Fourth annual letter outlines global health priorities for 2012; describes June 2011 Pledging Conference as "historic day for global health equity"
Melinda Gates meets with Dr. Asm Amjad Hossain, the recipient of the first Gates Vaccine Innovation Award (Dhaka, Bangladesh) Photo credit: BMGF/2012
Geneva, 24 January 2012 - Bill Gates, co-chair of the Bill & Melinda Gates Foundation, announced the first Gates Vaccine Innovation Award recipient in his fourth annual letter, published on Wednesday.
Bangladesh health official Dr. Asm Amjad Hossain received the inaugural award for his innovative work as recognition for his success in increasing immunisation rates in two Bangladesh districts by registering pregnant women.
"Delivering lifesaving vaccines takes the dedication of many well-known players like GAVI, WHO and UNICEF; government officials; and perhaps most importantly hundreds of thousands of heroes on the frontline like Dr. Hossain," writes Gates.
Looking at old problems in new ways can make a profound difference.
Bill Gates, co-Chair, The Bill & Melinda Gates Foundation
In 2009, Dr Hossain, a district immunisation official, was assigned to two districts where immunisation rates were 67 and 60, respectively. By registering pregnant women with their expected date of delivery, location and phone number so health officials knew when children were born and where they were, Dr Hossain started a process that has seen immunisation rates rise to 85 and 79 percent in the same two districts.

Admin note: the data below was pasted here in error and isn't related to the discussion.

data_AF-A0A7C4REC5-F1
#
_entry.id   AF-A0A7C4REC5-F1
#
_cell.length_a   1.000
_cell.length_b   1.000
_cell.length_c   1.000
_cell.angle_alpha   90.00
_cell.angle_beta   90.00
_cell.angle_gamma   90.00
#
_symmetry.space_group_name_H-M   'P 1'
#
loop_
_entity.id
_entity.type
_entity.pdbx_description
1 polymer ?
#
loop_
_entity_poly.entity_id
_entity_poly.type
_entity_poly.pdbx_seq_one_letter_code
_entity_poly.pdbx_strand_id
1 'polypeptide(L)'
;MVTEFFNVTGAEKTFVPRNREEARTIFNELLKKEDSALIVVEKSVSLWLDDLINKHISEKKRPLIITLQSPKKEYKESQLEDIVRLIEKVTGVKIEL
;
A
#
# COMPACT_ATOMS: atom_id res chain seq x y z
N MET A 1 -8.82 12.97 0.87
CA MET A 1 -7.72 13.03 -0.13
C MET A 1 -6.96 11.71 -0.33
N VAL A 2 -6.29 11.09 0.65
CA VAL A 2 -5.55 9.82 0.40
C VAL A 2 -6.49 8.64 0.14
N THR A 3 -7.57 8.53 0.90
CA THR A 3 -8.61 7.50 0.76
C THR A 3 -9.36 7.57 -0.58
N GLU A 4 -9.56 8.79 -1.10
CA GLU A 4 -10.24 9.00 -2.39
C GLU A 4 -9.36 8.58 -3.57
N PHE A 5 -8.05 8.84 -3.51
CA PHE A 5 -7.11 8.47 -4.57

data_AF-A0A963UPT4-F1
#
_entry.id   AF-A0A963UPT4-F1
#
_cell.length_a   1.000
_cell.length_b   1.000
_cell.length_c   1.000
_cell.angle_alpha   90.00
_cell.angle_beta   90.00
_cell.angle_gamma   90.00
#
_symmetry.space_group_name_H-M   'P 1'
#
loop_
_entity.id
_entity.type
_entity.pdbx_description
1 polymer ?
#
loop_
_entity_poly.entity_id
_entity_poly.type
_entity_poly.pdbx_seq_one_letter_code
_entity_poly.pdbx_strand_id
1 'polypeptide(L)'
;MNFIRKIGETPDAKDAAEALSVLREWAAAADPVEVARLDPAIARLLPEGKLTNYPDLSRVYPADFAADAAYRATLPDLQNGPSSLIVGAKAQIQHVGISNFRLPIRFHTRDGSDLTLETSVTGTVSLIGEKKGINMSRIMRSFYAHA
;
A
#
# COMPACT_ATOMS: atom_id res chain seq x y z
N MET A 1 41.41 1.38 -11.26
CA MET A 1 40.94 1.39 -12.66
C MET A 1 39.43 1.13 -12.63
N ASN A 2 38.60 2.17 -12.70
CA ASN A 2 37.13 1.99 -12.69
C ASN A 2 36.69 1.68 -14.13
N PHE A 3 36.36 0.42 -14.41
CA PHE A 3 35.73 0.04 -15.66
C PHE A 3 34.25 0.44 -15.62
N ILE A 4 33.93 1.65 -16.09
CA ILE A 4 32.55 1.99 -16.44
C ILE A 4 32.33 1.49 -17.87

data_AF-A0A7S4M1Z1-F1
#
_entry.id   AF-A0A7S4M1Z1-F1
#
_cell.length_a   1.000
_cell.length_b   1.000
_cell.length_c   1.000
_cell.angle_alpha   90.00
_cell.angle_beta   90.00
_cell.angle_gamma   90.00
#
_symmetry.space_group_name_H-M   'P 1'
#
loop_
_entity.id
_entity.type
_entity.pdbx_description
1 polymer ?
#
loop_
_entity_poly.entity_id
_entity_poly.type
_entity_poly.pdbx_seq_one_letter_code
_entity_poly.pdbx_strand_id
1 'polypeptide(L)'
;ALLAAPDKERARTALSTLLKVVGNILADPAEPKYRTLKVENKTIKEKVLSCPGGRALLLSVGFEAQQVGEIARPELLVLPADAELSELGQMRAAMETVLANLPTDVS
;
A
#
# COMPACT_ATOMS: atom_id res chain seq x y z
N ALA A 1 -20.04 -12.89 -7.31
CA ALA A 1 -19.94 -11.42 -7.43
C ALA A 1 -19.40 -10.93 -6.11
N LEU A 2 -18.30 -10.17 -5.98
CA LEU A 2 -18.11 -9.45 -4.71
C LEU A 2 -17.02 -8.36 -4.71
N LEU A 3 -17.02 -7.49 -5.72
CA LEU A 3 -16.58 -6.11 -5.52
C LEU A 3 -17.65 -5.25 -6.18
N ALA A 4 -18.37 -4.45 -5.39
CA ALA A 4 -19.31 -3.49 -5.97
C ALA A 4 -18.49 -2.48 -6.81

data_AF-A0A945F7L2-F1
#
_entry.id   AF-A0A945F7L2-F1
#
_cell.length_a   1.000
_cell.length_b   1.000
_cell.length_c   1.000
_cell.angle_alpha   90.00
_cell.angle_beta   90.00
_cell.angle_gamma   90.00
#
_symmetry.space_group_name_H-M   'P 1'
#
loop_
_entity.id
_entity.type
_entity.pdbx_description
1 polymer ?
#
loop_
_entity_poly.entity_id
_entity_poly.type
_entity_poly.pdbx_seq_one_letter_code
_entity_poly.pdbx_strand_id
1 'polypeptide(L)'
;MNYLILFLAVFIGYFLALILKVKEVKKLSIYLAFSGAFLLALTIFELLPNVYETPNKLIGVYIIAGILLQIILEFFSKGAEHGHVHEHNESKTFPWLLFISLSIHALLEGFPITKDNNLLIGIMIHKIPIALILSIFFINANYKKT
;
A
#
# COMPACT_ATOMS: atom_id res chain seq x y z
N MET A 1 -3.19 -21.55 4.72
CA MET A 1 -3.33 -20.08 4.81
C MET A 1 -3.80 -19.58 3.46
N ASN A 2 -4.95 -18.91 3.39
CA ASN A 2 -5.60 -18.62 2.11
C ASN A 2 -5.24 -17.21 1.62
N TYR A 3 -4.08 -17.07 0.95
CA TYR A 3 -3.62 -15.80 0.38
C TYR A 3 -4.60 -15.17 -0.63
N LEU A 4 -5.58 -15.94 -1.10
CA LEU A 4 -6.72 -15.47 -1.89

"While it may seem like a small innovation, it shows how looking at old problems in new ways can make a profound difference," writes Gates.
The letter, which outlines key priorities for the Foundation in 2012, devotes extensive coverage to global health, polio, the fight against AIDS, improving the health of mothers & children through family planning and vaccines.
"When Melinda and I started this work more than a decade ago, we were inspired by the conviction that “all lives have equal value.” So one of the first things we invested in was vaccines, which protect all children who receive them, no matter how rich or poor they may be. In short, vaccines work," writes Gates.
Gates also references GAVI's June 2011 Pledging Conference, acknowleding donors' generosity in pledging the funds which will allow GAVI to support the introduction of pneumococcal and rotavirus vaccines throughout the developing world over the next five years. He predicts the relatively new vaccines will prevent 190,000 diarrhoeal deaths and 480,000 respiratory deaths by 2015.
"The money that has been pledged to GAVI will save 4 million lives by 2015. That’s why I think of June 13, 2011, the date of the pledging conference, as a historic day for global health equity," writes Gates.
"It was an emotional moment for Melinda and me. We were happy that our foundation played a role in helping the world reach that milestone. But what really moved us was the fact that so many partners share our vision of an equitable world and are willing to put money behind it, even in these tough times. When people know the kind of impact their generosity has, they are not only willing but eager to help."
Gates unveiled his letter in South London at a meeting with students at a high school, where he thanked its students and hundreds of others from around the globe for submitting their own letters. He went on to discuss its content with a gathering of international development students at the London School of Economics, hosted by the Global Poverty Project at the launch of their new UK global poverty ambassadors program.
To read the full letter click here.